Relatively few studies have been carried out on the turbulent wake structure of a finite circular cylinder and a stack partially immersed in a flat-plate turbulent boundary layer. There is a need to develop a better understanding of the wakes of these structures, since they have many important engineering applications. This thesis investigates the influence of the aspect ratio on the wake of a finite circular cylinder and the effects of the ratio of jet flow velocity to crossflow velocity (velocity ratio, R) on the wake of a stack in a cross-flow. <p>The wake characteristics of flows over a finite circular cylinder at four different aspect ratios (AR = 3, 5, 7 and 9) were investigated experimentally at a Reynolds number of ReD = 6104 using two-component thermal anemometry. Each cylinder was mounted normal to a ground plane and was either completely or partially immersed in a flat-plate turbulent boundary layer. The ratio of boundary layer thickness to the cylinder diameter was 3. <p>A similar turbulent wake structure (time-averaged velocity, turbulence intensity, and Reynolds shear stress distributions) was found for the cylinders with AR = 5, 7, and 9, while a distinctly different turbulent wake structure was found for the cylinder with AR = 3. This was consistent with the results of a previous study that focused on the time-averaged streamwise vortex structures in the wake. In addition, irrespective of the value of AR, high values were observed for the skewness and flatness factors around the free end of the cylinders, which may be attributed to the interaction of the tip vortex structures and downwash flow that dominates this region of the cylinder.<p>The wake characteristics of a stack of aspect ratio AR = 9 were investigated using both the seven-hole pressure probe and thermal anemometry. The seven-hole probe was used to measure the three components of the time-averaged velocity field, while the thermal anemometry was used to measure two components of the turbulent velocity field at various downstream locations from the stack. The stack was mounted normal to the ground plane and was partially immersed in a flat-plate turbulent boundary layer, for which the ratio of boundary layer thickness to the stack diameter was 4.5. In addition, measurements of the vortex shedding frequency were made with a single-component hot-wire probe. The cross-flow Reynolds number was ReD = 2.3 x 104, the jet Reynolds number ranged from Red = 7.6 x 103 to 4.7 x 104, and R was varied from 0 to 3. <p>In the stack study, three flow regimes were identified depending on the value of R: the downwash (R < 0.7), cross-wind-dominated (0.7 < R < 1.5), and jet-dominated (R ≥ 1.5) flow regimes. Each flow regime had a distinct structure for the time-averaged velocity and streamwise vorticity fields, and turbulence characteristics, as well as the variation of the Strouhal number and the power spectrum of the streamwise velocity fluctuations along the stack height. The turbulence structure is complex and changes in the streamwise and wall-normal directions within the near and intermediate stack and jet wakes. In the downwash and crosswind-dominated flow regimes, two pairs of counter-rotating streamwise vortex structures were identified within the stack wake. The tip-vortex pair and base-vortex pair were similar to those found in the wake of a finite circular cylinder, located close to the free end and the base of the stack (ground plane), respectively. In the jet-dominated flow regime, a third pair of streamwise vortex structures was observed, referred to as the jet-wake vortex pair, which occurred within the jet-wake region above the free end of the stack. The jet-wake vortex pair has the same orientation as the base vortex pair and is associated with the jet rise.
5

Axisymmetric Finite Cylinder With Rigid Ends And A Circumferential Edge Crack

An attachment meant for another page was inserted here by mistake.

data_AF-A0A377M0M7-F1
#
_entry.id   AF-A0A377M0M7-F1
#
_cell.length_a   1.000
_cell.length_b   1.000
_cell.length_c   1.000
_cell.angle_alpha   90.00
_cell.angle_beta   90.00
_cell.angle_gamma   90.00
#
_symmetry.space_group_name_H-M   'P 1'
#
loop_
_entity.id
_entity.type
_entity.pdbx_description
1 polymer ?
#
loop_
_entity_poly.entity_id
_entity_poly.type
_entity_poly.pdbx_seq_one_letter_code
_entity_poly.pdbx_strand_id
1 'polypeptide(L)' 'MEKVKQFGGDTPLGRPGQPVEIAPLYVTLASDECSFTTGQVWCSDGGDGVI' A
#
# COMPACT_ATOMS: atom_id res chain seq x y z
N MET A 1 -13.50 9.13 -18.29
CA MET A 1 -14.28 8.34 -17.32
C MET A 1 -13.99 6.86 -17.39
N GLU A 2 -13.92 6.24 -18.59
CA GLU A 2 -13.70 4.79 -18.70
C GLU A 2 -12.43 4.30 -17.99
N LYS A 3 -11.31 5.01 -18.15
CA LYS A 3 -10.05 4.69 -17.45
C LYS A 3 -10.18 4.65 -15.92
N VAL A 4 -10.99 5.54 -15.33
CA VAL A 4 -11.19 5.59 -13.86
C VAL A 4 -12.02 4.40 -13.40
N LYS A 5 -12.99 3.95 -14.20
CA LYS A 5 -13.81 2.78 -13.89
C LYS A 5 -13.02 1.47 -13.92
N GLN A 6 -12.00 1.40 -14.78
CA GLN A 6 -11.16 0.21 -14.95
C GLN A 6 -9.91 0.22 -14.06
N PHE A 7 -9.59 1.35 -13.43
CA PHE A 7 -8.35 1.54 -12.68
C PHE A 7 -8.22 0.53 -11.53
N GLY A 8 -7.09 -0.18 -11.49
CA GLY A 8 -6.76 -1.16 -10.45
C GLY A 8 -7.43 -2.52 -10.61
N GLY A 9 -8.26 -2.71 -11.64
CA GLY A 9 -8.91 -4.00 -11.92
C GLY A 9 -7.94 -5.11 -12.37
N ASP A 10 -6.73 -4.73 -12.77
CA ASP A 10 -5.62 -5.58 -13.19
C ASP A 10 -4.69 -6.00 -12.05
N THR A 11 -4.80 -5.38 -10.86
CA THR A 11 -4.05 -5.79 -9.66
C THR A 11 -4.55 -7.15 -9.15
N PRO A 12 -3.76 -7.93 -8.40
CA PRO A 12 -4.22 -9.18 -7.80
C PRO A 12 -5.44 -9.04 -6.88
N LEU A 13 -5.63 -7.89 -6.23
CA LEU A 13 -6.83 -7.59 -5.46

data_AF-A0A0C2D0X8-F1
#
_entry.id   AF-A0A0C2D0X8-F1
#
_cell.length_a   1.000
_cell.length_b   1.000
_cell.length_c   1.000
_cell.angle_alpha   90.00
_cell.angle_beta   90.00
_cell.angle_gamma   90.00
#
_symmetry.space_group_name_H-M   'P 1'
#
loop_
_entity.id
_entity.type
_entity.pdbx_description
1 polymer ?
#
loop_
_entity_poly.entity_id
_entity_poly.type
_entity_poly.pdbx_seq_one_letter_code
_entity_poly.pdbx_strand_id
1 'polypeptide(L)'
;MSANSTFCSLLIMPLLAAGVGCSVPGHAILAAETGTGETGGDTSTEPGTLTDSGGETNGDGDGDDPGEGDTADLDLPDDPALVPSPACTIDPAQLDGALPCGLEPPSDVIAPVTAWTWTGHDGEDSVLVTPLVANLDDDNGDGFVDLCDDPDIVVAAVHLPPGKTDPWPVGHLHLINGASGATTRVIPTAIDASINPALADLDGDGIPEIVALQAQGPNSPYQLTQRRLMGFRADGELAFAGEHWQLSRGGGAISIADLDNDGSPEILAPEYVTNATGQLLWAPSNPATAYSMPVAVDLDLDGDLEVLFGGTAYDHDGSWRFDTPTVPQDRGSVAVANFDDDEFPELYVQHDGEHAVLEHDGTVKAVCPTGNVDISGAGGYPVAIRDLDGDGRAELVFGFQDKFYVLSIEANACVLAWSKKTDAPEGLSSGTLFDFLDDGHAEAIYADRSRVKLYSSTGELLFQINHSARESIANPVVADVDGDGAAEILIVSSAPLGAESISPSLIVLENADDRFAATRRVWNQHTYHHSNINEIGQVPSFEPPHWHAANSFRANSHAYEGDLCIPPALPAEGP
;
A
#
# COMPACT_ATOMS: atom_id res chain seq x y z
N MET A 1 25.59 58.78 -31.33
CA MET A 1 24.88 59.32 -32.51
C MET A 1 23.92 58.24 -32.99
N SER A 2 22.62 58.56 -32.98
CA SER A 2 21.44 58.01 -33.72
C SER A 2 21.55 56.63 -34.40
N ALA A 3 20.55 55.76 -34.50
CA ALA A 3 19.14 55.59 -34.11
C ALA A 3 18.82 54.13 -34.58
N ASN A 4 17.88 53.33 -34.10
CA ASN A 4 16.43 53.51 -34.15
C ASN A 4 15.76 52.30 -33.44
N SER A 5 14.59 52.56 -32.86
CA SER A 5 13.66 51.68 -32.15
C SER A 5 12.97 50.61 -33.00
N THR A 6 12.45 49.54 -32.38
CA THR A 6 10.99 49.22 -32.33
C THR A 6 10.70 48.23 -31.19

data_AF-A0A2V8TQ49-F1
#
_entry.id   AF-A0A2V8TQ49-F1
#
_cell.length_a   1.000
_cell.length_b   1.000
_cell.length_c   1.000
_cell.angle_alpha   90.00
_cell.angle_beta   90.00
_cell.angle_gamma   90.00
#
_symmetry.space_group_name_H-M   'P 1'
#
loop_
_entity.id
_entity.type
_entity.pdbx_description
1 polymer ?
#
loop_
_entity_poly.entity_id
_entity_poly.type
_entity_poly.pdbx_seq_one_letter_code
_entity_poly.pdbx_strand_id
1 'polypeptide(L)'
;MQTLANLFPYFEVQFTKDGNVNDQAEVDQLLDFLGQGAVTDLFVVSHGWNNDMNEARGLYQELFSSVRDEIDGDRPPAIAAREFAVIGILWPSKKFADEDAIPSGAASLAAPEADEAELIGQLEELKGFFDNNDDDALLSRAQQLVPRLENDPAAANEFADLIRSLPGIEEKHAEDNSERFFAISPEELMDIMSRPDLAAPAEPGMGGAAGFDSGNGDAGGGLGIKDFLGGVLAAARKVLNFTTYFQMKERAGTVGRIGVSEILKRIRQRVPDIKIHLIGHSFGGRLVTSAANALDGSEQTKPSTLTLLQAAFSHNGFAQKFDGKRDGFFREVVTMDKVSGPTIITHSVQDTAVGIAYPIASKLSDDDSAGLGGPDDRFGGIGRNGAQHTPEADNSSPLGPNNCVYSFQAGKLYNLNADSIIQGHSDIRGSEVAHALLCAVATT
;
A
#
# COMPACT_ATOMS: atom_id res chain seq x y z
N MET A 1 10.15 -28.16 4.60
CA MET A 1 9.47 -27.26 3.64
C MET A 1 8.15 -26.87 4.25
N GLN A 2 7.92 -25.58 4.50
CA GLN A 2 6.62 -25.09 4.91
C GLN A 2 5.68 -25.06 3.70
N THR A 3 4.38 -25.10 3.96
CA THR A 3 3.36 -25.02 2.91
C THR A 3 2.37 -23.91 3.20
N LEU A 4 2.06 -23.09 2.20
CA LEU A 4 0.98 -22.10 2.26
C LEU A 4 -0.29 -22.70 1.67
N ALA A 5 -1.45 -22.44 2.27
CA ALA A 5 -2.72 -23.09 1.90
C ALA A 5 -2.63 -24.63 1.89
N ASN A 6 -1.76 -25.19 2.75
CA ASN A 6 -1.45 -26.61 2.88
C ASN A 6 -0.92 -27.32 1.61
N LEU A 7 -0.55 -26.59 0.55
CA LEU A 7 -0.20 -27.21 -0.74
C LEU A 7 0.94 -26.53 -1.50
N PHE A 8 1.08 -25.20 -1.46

Durucan, Ayse Rusen 01 August 2010 (has links) (PDF)
An axisymmetric finite cylinder with rigid ends and a circumferential edge crack is considered in this study. The finite cylinder is under the action of uniformly distributed loads at two rigid ends. Material of the finite cylinder is assumed to be linearly elastic and isotropic. This finite cylinder problem is solved by considering an infinite cylinder containing an internal ring-shaped crack located at z=0 plane and two penny-shaped rigid inclusions located at z=&plusmn / L planes. General expressions of the infinite cylinder problem are obtained by solving Navier equations with Fourier and Hankel transforms. This infinite cylinder problem is then converted to the target problem by letting the radius of the rigid inclusions approach the radius of the cylinder and letting the outer edge of the crack approach the surface of the cylinder. Consequently, these rigid inclusions form the rigid ends and internal crack form the circumferential edge crack resulting in the problem of a finite cylinder with rigid ends having an edge crack. The problem is reduced to a set of three singular integral equations. These singular integral equations are converted to a system of linear algebraic equations with the aid of Gauss-Lobatto and Gauss-Jacobi integration formulas and are solved numerically.
6

Cracked Semi-infinite Cylinder And Finite Cylinder Problems

Kaman, Mete Onur 01 May 2006 (has links) (PDF)
This work considers a cracked semi-infinite cylinder and a finite cylinder. Material of the cylinder is linearly elastic and isotropic. One end of the cylinder is bonded to a fixed support while the other end is subject to axial tension. Solution for this problem can be obtained from the solution for an infinite cylinder having a penny-shaped rigid inclusion at z = 0 and two penny-shaped cracks at z = &plusmn / L. General expressions for this problem are obtained by solving Navier equations using Fourier and Hankel transforms. When the radius of the inclusion approaches the radius of the cylinder, the end at z = 0 becomes fixed and when the radius of the cracks approaches the radius of the cylinder, the ends at z = &plusmn / L become cut and subject to uniformly distributed tensile load. Formulation of the problem is reduced to a system of three singular integral equations. By using Gauss-Lobatto and Gauss-Jacobi integration formulas, these three singular integral equations are converted to a system of linear algebraic equations which is solved numerically.